Klaas Knot: Learn from the past and plan for the future - a perspective on monetary policy

Speech by Mr Klaas Knot, President of the Netherlands Bank, at the 3rd annual Barclays-Centre for Economic Policy Research (CEPR) International Monetary Policy Forum, London, 28 May 2024. 

The views expressed in this speech are those of the speaker and not the view of the BIS.

Central bank speech  | 
29 May 2024

Good afternoon everyone,

Thank you very much for inviting me to join this distinguished panel here at the Barclays-CEPR Monetary Policy Forum. It's a pleasure to be here. I feel particularly inspired knowing that we are assembled here just a few blocks away from Gordon Square, where John Maynard Keynes – one of the greatest economic minds of modern times – lived.

Preparing for this event, I learned that this beautiful venue is sometimes also called the 'Titanic hotel'. The main reason being that the restaurant is said to be almost identical to the Titanic's dining room. Both were designed by Charles Fitzroy Doll, the hotel's architect, and also the man who was commissioned to do the first-class parts of the ocean liner.

Let me say that although I feel the weight of the historical context of this beautiful place, thankfully I do not see a connection between the euro area economy and the doomed ship. In fact, the economy has sailed a steady course lately despite high global waves and tight monetary policy.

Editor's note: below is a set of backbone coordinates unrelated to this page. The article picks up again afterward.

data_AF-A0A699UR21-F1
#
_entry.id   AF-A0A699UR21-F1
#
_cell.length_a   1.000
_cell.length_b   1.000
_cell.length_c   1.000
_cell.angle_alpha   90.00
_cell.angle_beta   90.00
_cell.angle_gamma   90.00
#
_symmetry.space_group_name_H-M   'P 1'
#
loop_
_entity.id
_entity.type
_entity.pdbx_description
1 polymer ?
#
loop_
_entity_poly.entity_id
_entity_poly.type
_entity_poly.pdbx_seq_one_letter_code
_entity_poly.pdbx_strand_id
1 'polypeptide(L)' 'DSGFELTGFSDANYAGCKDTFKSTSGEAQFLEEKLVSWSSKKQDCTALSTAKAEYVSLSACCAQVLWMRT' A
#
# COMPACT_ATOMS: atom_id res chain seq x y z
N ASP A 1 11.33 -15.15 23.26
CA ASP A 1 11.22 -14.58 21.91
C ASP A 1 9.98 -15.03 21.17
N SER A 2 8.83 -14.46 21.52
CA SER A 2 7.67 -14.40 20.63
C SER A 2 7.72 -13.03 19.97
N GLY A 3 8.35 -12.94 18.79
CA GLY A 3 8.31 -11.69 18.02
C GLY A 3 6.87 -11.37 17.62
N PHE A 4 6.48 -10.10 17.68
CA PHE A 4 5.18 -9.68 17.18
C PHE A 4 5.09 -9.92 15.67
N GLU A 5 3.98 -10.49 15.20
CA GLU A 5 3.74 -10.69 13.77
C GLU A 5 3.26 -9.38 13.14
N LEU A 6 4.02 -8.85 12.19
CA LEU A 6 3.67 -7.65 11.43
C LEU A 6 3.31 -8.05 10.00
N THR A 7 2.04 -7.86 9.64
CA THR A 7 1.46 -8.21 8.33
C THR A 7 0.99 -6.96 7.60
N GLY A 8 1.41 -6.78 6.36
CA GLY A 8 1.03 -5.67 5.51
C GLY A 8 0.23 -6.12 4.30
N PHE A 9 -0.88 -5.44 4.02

Starting with inflation, I am confident to say that the inflation peak lies behind us. Chart 1 on the left-hand side shows the evolution of euro area headline inflation, decomposed into its main components since 2019. We see a clear disinflation since late 2022 when inflation stood at more than 10%. This largely reflects the unwinding of earlier energy and food prices spikes, as well as the easing of supply-side bottlenecks. The reduction in goods inflation from 6.8% to 0.9% has been very strong, too. Only services inflation still stands at an elevated 3.7%. The next phase of disinflation is likely to be more volatile, because the large swings in energy prices last year together with the staggered reversal of fiscal support measures have an impact on this year's inflation readings via base effects.